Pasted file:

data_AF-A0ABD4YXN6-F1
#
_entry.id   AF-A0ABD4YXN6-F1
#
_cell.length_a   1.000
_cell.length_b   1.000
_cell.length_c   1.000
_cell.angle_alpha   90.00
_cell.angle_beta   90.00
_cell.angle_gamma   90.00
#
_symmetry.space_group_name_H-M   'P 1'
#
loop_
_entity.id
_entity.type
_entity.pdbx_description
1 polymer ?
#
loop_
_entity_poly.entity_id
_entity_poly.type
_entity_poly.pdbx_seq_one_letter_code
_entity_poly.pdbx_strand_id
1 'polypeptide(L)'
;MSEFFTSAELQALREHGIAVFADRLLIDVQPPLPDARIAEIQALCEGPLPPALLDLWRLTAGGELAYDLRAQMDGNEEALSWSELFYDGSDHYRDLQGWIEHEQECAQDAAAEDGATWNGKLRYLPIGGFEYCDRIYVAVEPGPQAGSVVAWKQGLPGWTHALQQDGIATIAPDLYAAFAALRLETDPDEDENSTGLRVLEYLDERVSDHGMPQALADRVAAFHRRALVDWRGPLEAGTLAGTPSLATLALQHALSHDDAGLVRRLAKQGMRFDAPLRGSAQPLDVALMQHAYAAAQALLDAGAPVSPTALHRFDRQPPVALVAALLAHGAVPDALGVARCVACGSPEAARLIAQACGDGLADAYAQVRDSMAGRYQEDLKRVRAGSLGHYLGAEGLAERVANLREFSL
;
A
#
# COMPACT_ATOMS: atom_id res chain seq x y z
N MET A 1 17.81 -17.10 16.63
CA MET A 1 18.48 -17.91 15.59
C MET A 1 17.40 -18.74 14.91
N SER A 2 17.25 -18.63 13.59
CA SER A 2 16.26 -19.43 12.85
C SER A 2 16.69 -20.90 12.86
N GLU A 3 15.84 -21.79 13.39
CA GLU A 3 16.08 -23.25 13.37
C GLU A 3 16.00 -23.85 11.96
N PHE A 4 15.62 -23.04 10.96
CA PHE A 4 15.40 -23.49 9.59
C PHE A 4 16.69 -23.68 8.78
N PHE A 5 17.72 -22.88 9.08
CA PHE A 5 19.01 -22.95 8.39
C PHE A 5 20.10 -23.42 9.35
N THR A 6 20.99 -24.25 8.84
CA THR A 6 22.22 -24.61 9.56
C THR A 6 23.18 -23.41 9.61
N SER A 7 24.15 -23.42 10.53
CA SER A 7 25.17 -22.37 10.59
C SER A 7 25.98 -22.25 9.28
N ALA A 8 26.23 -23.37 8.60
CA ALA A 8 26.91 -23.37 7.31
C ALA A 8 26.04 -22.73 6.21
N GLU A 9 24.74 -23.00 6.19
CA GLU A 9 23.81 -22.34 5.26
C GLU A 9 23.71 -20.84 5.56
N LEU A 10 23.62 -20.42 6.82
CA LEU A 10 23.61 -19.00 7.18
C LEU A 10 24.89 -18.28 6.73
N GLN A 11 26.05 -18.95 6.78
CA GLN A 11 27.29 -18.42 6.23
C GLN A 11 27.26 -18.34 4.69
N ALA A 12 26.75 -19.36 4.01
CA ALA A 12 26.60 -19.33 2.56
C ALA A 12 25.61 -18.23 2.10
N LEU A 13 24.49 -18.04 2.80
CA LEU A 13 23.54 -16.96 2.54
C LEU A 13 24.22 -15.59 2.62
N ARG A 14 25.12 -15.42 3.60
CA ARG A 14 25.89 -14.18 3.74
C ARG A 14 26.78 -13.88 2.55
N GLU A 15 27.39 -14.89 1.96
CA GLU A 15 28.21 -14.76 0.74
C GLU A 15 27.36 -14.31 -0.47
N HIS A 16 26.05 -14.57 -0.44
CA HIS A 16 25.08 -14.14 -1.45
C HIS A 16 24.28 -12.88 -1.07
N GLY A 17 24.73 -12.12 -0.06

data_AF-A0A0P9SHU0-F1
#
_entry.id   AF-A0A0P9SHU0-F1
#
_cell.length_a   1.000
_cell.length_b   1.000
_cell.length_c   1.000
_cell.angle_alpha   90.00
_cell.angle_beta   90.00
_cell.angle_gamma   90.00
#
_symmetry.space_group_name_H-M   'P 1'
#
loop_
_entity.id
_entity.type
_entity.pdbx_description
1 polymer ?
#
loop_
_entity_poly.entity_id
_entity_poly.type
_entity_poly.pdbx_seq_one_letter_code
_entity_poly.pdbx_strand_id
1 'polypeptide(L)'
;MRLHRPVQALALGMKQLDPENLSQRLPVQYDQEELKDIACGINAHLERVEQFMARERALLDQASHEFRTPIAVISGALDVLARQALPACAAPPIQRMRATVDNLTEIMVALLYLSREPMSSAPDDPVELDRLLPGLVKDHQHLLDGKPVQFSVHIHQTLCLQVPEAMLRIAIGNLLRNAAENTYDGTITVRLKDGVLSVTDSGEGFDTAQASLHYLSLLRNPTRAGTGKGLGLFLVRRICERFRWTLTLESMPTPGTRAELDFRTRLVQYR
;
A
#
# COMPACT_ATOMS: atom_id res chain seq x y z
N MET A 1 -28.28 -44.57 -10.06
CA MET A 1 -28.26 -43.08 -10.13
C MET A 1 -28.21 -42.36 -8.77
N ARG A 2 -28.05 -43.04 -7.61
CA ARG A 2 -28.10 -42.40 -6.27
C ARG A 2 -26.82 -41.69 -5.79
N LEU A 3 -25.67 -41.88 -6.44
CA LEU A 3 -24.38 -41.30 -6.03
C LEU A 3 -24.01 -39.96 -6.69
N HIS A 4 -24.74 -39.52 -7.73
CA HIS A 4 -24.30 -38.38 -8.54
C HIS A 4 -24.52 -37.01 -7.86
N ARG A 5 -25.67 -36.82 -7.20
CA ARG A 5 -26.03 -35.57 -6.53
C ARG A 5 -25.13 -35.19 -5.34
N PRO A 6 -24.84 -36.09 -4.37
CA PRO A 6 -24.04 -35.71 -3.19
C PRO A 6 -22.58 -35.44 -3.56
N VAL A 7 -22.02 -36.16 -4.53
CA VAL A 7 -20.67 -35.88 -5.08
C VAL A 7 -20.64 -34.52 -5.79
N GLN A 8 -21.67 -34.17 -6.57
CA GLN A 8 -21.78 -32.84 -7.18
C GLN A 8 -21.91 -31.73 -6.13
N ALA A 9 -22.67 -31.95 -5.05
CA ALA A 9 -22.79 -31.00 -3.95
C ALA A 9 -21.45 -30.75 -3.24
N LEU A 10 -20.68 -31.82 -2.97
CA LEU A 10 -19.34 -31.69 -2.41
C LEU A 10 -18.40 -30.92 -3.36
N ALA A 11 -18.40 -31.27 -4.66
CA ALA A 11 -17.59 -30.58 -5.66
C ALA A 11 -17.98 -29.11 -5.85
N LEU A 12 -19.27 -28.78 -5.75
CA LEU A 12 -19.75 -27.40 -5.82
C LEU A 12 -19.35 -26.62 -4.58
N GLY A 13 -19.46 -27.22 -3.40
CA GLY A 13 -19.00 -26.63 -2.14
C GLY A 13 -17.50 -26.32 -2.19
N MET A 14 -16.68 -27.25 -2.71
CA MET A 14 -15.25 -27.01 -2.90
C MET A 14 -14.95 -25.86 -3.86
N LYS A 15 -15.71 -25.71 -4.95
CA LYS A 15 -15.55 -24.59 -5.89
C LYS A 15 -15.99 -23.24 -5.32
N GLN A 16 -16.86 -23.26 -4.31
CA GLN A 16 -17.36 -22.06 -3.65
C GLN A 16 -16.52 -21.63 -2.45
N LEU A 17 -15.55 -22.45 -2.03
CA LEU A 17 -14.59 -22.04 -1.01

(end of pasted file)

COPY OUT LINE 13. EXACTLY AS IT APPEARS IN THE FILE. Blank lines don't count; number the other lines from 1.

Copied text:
#